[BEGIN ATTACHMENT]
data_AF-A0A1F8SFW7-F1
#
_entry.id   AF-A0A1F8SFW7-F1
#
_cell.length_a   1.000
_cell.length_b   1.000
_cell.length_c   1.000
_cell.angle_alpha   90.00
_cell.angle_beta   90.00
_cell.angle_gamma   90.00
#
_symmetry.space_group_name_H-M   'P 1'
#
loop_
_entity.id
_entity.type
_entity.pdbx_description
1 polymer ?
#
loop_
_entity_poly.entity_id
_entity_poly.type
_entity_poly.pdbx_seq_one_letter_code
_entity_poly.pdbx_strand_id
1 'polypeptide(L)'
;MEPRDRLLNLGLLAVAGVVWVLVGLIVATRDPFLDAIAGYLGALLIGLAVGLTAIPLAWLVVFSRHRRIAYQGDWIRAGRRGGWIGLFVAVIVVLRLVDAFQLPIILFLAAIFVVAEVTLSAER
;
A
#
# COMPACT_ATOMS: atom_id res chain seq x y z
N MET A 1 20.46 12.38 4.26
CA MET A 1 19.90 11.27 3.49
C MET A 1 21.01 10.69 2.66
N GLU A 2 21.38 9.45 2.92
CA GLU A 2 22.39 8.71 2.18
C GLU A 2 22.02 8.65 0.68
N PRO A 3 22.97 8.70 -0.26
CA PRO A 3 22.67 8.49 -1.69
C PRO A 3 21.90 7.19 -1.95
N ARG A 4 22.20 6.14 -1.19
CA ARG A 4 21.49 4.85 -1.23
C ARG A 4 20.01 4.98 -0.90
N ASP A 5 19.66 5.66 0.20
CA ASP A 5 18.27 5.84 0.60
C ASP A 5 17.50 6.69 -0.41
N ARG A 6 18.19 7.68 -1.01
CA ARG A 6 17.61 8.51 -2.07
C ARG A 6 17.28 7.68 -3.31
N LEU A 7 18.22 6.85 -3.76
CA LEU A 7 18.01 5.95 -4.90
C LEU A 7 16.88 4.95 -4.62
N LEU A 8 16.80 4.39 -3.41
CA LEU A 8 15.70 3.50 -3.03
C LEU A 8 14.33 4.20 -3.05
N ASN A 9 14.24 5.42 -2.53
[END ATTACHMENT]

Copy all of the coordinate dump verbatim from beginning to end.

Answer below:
data_AF-A0A1F8SFW7-F1
#
_entry.id   AF-A0A1F8SFW7-F1
#
_cell.length_a   1.000
_cell.length_b   1.000
_cell.length_c   1.000
_cell.angle_alpha   90.00
_cell.angle_beta   90.00
_cell.angle_gamma   90.00
#
_symmetry.space_group_name_H-M   'P 1'
#
loop_
_entity.id
_entity.type
_entity.pdbx_description
1 polymer ?
#
loop_
_entity_poly.entity_id
_entity_poly.type
_entity_poly.pdbx_seq_one_letter_code
_entity_poly.pdbx_strand_id
1 'polypeptide(L)'
;MEPRDRLLNLGLLAVAGVVWVLVGLIVATRDPFLDAIAGYLGALLIGLAVGLTAIPLAWLVVFSRHRRIAYQGDWIRAGRRGGWIGLFVAVIVVLRLVDAFQLPIILFLAAIFVVAEVTLSAER
;
A
#
# COMPACT_ATOMS: atom_id res chain seq x y z
N MET A 1 20.46 12.38 4.26
CA MET A 1 19.90 11.27 3.49
C MET A 1 21.01 10.69 2.66
N GLU A 2 21.38 9.45 2.92
CA GLU A 2 22.39 8.71 2.18
C GLU A 2 22.02 8.65 0.68
N PRO A 3 22.97 8.70 -0.26
CA PRO A 3 22.67 8.49 -1.69
C PRO A 3 21.90 7.19 -1.95
N ARG A 4 22.20 6.14 -1.19
CA ARG A 4 21.49 4.85 -1.23
C ARG A 4 20.01 4.98 -0.90
N ASP A 5 19.66 5.66 0.20
CA ASP A 5 18.27 5.84 0.60
C ASP A 5 17.50 6.69 -0.41
N ARG A 6 18.19 7.68 -1.01
CA ARG A 6 17.61 8.51 -2.07
C ARG A 6 17.28 7.68 -3.31
N LEU A 7 18.22 6.85 -3.76
CA LEU A 7 18.01 5.95 -4.90
C LEU A 7 16.88 4.95 -4.62
N LEU A 8 16.80 4.39 -3.41
CA LEU A 8 15.70 3.50 -3.03
C LEU A 8 14.33 4.20 -3.05
N ASN A 9 14.24 5.42 -2.53